Pregnancy hypertension risk increased by traffic-related air pollution

Pregnant woman
Pregnant woman. (File Photo: IANS)

Findings
give new insights into the connection between poor air quality, children’s
health, and mother’s health
.

Traffic-related
air pollution increases a pregnant woman’s risk for hypertension

New Delhi,
18th December 2019. A new report from the National Toxicology
Program (NTP), affiliated to U.S. Department of Health and Human Services,
suggests that traffic-related air pollution increases a pregnant woman’s risk
for dangerous increases in blood pressure, known as hypertension.

NTP
scientists evaluated published research on the link between traffic-related air
pollution, or TRAP, and hypertensive disorders broken down by pollutant
measurements of TRAP, such as particulate matter (PM2.5). PM is the term for a
mixture of solid particles and liquid droplets found in the air, and PM2.5
refers to fine inhalable particles, with diameters that are generally 2.5 micrometres
or smaller.

The
average human hair is about 70 micrometres in diameter, about 30 times larger
than the largest fine particle.

“What we
found when we reviewed the literature is that exposure to PM2.5 from traffic
emissions was associated with development of hypertensive disorders in pregnant
women,” said Brandy Beverly, Ph.D., lead scientist and researcher at the
National Institute of Environmental Health Sciences, part of the National
Institutes of Health. “When these women are exposed to PM2.5 during their
entire pregnancy, the likelihood of developing preeclampsia increases by
about 50%.”

Other
components of TRAP that NTP evaluated included nitrogen oxides, carbon
monoxide, black carbon, and elemental carbon, along with parameters like
traffic density and mothers’ proximity to main roads.

For example,
the literature suggests that women who live within a quarter of a mile of a
major roadway or in high traffic density regions may be at an increased risk
for developing hypertensive disorders of pregnancy.

TRAP comes
from the combustion of fossil fuels by motor vehicles. These vehicle emissions
are mixtures of gases and particles that are easily inhaled and have adverse
health effects. TRAP is known to be a major risk factor for cardiovascular
disease, including hypertension.

Hypertensive
disorders of pregnancy complicate more than 10% of pregnancies worldwide and
are a leading cause of maternal and fatal illness and death. According to the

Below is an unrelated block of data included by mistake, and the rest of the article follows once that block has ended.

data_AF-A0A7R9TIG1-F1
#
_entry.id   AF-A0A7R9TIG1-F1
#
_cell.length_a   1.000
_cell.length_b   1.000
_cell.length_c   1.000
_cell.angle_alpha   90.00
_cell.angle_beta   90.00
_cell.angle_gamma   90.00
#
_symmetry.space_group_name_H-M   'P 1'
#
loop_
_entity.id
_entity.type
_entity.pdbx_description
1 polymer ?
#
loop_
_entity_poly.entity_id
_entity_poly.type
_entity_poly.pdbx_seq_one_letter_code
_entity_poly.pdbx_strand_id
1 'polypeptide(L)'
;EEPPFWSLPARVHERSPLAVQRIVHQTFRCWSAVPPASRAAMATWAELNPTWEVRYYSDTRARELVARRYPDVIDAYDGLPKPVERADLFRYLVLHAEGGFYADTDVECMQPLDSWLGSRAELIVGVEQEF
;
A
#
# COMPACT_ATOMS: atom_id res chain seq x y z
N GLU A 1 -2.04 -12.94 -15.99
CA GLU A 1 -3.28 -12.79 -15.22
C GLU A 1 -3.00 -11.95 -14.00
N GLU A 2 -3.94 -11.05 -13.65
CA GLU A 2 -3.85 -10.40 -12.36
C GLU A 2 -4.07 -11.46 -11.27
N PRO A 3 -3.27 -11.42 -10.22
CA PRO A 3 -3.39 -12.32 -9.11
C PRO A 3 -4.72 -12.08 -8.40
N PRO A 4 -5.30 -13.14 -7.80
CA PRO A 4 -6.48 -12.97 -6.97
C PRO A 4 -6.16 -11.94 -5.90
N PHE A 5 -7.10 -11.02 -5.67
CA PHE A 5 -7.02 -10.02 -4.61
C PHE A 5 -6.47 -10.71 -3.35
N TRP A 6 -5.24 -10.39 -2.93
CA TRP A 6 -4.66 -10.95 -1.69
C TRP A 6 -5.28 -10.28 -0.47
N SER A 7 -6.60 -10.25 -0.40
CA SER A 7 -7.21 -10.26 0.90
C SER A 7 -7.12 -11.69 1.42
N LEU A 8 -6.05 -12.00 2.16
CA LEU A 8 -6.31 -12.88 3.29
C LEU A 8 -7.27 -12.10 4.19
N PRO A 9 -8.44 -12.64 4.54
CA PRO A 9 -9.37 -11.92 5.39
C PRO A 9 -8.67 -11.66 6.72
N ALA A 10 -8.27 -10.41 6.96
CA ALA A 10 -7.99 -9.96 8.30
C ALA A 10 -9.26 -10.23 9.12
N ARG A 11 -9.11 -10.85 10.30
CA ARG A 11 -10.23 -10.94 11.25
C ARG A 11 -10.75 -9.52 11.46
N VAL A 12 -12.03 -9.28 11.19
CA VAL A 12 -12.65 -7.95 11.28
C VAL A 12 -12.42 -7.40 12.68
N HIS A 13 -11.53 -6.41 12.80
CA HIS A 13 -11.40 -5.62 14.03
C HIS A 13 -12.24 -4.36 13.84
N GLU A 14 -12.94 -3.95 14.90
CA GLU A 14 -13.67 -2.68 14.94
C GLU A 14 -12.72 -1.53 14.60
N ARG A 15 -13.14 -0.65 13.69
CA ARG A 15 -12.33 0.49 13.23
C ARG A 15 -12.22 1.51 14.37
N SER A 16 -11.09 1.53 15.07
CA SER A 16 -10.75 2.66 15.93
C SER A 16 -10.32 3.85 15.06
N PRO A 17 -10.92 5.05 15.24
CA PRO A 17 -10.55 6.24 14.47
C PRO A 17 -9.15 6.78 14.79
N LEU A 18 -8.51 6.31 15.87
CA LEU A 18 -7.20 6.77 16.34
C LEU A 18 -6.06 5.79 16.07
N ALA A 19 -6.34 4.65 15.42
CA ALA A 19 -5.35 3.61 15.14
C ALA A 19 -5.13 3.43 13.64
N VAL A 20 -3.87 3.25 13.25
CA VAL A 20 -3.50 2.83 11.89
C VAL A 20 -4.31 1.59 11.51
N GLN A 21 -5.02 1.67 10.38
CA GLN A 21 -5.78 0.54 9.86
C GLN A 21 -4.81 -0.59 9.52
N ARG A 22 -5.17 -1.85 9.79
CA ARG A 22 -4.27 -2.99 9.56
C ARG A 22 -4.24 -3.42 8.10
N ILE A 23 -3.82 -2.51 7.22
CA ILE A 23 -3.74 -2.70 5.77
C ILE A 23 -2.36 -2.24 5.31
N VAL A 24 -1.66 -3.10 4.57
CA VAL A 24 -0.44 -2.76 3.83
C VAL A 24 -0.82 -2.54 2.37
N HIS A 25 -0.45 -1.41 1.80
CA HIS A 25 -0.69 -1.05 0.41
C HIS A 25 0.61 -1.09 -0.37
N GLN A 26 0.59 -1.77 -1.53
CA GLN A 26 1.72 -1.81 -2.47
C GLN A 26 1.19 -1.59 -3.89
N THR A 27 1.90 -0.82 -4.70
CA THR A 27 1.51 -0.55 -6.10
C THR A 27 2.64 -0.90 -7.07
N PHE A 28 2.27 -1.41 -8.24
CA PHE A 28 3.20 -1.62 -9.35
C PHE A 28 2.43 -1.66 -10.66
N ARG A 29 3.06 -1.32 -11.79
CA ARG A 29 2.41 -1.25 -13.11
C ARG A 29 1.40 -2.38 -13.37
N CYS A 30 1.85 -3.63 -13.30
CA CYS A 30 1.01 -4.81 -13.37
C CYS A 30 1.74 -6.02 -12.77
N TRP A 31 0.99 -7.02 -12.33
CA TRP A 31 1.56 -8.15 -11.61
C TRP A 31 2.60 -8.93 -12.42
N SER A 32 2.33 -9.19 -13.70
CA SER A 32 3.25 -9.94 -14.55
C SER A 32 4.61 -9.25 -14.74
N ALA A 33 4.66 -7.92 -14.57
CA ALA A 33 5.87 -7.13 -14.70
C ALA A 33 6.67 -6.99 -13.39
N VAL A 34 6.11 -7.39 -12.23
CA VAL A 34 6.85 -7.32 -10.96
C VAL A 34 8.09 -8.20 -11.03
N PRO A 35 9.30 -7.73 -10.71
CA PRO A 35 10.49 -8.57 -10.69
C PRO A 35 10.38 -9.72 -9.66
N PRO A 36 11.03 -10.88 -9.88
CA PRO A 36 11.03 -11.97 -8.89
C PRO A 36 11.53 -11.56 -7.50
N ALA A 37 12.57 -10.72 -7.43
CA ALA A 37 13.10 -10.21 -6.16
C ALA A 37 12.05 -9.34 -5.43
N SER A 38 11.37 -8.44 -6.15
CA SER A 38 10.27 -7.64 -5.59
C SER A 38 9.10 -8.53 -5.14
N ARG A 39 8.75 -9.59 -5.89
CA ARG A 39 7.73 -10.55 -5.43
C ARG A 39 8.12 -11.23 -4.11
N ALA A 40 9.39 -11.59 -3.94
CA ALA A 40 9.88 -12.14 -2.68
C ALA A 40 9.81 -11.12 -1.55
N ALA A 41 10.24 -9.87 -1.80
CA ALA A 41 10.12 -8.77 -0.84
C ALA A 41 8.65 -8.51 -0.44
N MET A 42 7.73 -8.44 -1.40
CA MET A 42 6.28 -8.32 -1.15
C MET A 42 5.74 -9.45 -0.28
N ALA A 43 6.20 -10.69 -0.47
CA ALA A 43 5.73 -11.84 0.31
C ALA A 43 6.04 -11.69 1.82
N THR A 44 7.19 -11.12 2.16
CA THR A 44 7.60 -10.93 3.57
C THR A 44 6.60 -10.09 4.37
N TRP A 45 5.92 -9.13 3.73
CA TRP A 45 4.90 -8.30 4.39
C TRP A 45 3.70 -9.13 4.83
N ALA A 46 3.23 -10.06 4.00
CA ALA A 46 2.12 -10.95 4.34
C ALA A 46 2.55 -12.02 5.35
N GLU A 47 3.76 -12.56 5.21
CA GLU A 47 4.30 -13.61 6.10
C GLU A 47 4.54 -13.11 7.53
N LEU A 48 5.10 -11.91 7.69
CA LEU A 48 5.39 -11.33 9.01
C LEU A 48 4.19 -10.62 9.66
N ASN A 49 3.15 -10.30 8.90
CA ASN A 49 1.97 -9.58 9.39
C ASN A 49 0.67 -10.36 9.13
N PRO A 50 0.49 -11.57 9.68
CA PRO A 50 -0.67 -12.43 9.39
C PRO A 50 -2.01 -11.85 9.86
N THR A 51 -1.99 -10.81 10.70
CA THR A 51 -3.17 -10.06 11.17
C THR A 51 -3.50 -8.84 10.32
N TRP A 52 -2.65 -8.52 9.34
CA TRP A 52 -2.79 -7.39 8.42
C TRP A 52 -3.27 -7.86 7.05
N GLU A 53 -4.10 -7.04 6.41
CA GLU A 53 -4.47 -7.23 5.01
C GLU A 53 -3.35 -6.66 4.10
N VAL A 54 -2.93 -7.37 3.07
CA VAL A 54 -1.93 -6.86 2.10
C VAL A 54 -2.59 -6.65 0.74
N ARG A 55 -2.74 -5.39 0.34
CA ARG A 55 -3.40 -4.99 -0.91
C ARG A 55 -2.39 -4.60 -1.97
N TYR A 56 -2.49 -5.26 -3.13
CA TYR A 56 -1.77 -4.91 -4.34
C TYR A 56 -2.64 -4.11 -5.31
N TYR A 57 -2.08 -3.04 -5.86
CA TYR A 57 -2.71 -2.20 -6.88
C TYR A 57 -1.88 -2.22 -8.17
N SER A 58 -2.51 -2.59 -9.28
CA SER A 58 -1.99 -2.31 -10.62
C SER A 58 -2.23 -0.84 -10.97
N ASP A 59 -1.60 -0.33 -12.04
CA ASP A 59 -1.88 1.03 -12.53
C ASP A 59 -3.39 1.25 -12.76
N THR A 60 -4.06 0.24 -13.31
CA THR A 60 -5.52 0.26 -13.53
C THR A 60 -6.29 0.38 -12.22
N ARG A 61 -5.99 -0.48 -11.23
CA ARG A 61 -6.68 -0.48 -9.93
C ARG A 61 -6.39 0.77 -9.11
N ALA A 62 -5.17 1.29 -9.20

American College of Obstetrics and Gynaecology, mothers with hypertension
during pregnancy are more likely to have a pre-term delivery. Their infants are
at greater risk for low birthweight and a range of long-term health problems
associated with pre-mature birth.

“Hypertensive
disorders of pregnancy refer to a range of clinical conditions, all of which
include high blood pressure during pregnancy,” said Beverly. “The disorders are
classified into four distinct types, based on differences in the timing and
onset of the symptoms.”

Pregnant
women may experience four types of hypertensive disorders:

Gestational
hypertension, or high blood pressure, in the second half of pregnancy.

Preeclampsia,
or high blood pressure with protein in urine or impaired liver or kidney
function, in the second half of pregnancy. If preeclampsia worsens and causes
seizures, it becomes eclampsia – a serious condition for mother and child with
the potential to be fatal.

Chronic
hypertension, or high blood pressure before pregnancy or early in pregnancy,
that continues throughout pregnancy.

Chronic
hypertension with preeclampsia, or high blood pressure before pregnancy or
early in pregnancy, that continues throughout pregnancy and is complicated by
new onset protein in the urine or impaired liver or kidney function.

Using their
standard four-tier scale to classify human hazards, NTP looked at the combined
evidence from the individual components and concluded that TRAP is a presumed
human hazard for hypertensive disorders during pregnancy, though they weren’t
able to distinguish between the four types of disorders. The scale ranges from
the highest hazard rating of “known”, followed by “presumed”, then “suspected”,
and finally, “not classifiable”.

NTP
conducted the systematic review of published research on hypertensive disorders
in pregnant women and its link to TRAP after receiving a nomination from
several paediatricians to evaluate the connection between emerging issues
associated with air pollution and children’s health.

NTP
scientists performed a comprehensive literature search and reviewed hundreds of
studies with potentially relevant data. Overall, they evaluated 18 human
observational studies and one animal study that specifically addressed
hypertension during pregnancy and TRAP. Usually, experimental animal data add
confidence in the conclusions; unfortunately, the limited number of animal
studies that assessed the impact of environmental exposures during pregnancy is
a research gap.

The
evaluation underwent external peer review involving experts from academia and
industry, who evaluated NTP’s draft conclusions and agreed unanimously with
NTP’s final conclusion.

The
National Toxicology Program (NTP)
is a federal, inter-agency program within the U.S.
Department of Health and Human Services.

About the
National Institute of Environmental Health Sciences (NIEHS)

NIEHS affiliated to U.S. Department of Health and Human Services, supports research to understand the effects of the environment on human health and is part of the National Institutes of Health.

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